Successful but stressed-out leaders tend to process thoughts rapidly, make quick decisions, and defer dealing with consequences until later. While it may not be practical to discuss every decision with colleagues, it can be beneficial to vocalize the assumptions you're making while working towards a solution. Verbalize your thought process, particularly during problem-solving, and encourage others to challenge liberal assumptions. Ask questions, even when you believe you already know the answers, and promote collaborative brainstorming to ensure the best ideas reach the decision-making table.
Play Both Sides of the Fence
One of my favorite coaching questions is asking clients what advice they would give to someone in their position to ensure positive outcomes. What should they double-check, what additional information should they gather, and who should they consult for assurance? When leaders step outside their own perspective and think like mentors on their own behalf, they often gain access to valuable insights that support effective decision-making. Act as your own coach and consider the safeguards you'd recommend to someone you're rooting for to uncover blind spots in your thinking.
Appoint a Balloon Popper
As you can imagine, a balloon popper’s job is to challenge a seemingly good decision. They play the devil’s advocate and expose erroneous assumptions, flawed arguments, and unsubstantiated evidence in executive decisions. Leaders who engage a series of rotating colleagues (or just one if they are particularly good at it) to play this role, subject their solutions to rigorous scrutiny and significantly reduce the risk of intuitive overconfidence. Plus it’s fun for colleagues to try on new roles and become the appointed naysayer every once in a while. Balloon poppers may have the courage to say what no one else will and positively reinforce a culture of psychological safety, where colleagues feel comfortable telling each other when their ideas fall short.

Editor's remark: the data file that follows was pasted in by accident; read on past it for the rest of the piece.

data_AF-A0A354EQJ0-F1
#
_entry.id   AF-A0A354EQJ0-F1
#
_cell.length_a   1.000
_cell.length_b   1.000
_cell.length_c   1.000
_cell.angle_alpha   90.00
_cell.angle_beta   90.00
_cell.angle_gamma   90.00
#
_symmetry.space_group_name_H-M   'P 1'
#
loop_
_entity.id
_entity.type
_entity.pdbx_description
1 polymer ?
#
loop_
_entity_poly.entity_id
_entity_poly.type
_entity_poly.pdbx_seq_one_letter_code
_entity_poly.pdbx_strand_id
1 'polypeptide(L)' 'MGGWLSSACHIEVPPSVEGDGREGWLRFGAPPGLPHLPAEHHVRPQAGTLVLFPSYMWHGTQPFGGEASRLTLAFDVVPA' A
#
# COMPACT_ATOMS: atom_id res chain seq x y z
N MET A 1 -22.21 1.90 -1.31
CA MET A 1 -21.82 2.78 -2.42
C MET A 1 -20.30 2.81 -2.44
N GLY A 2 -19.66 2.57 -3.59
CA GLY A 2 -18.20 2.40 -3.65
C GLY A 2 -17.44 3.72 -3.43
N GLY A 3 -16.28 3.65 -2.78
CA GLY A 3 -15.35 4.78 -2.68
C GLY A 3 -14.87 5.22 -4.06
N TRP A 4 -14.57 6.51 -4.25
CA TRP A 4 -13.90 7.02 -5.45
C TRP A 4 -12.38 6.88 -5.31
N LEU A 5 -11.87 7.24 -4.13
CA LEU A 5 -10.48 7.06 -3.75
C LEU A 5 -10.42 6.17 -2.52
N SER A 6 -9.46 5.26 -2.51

Professionals position themselves for success when they understand the pitfalls of combining overconfidence with pressure to succeed. Effective leaders must not only caution against assumptive decision-making among tenured employees, but also alleviate the pressures under which high-performing individuals are expected to operate. Carefully consider decisions that limit the bandwidth of high-performing individuals, including restrictions on headcount, mandatory meeting attendance, and return-to-office mandates. Take responsibility for proactively addressing sources of performance limitation, as people need sufficient headspace to overcome overconfidence bias and validate their intuitive solutions for successful decision-making.
Successful leaders should think about the challenges that accompany significant tenure and experience, and consider best practices to reach a delicate balance between professional confidence and the critical thinking required for sound decision making. This lesson serves as a guide to support leaders in avoiding the traps of overconfidence and instead cultivate the habit of questioning the automatic or intuitive responses, which often wield more influence over our decisions than we realize. Just imagine the potential outcomes when we invest time in selecting the right response. Perhaps MENSA membership isn’t lost after all.
If you were still stumped after reading the correct answer to the bat and ball question, you’re not alone. We couldn’t think of how the answer could be $.05 until we checked our work. If the bat costs $1.00 more than the ball, the ball would have to be $.05. If the ball was $.10, the cost of the bat would have to be $1.10 to be $1.00 more than the ball, yielding a combined amount of $1.20. A $.05 ball plus a $1.05 bat combines to $1.10. Ah! Now we get it!
Danielle Terranova is the voice behind Leadership Lessons with Danielle.
She has been an executive coach since 2015 and owner of Terranova Consulting, LLC since 2019.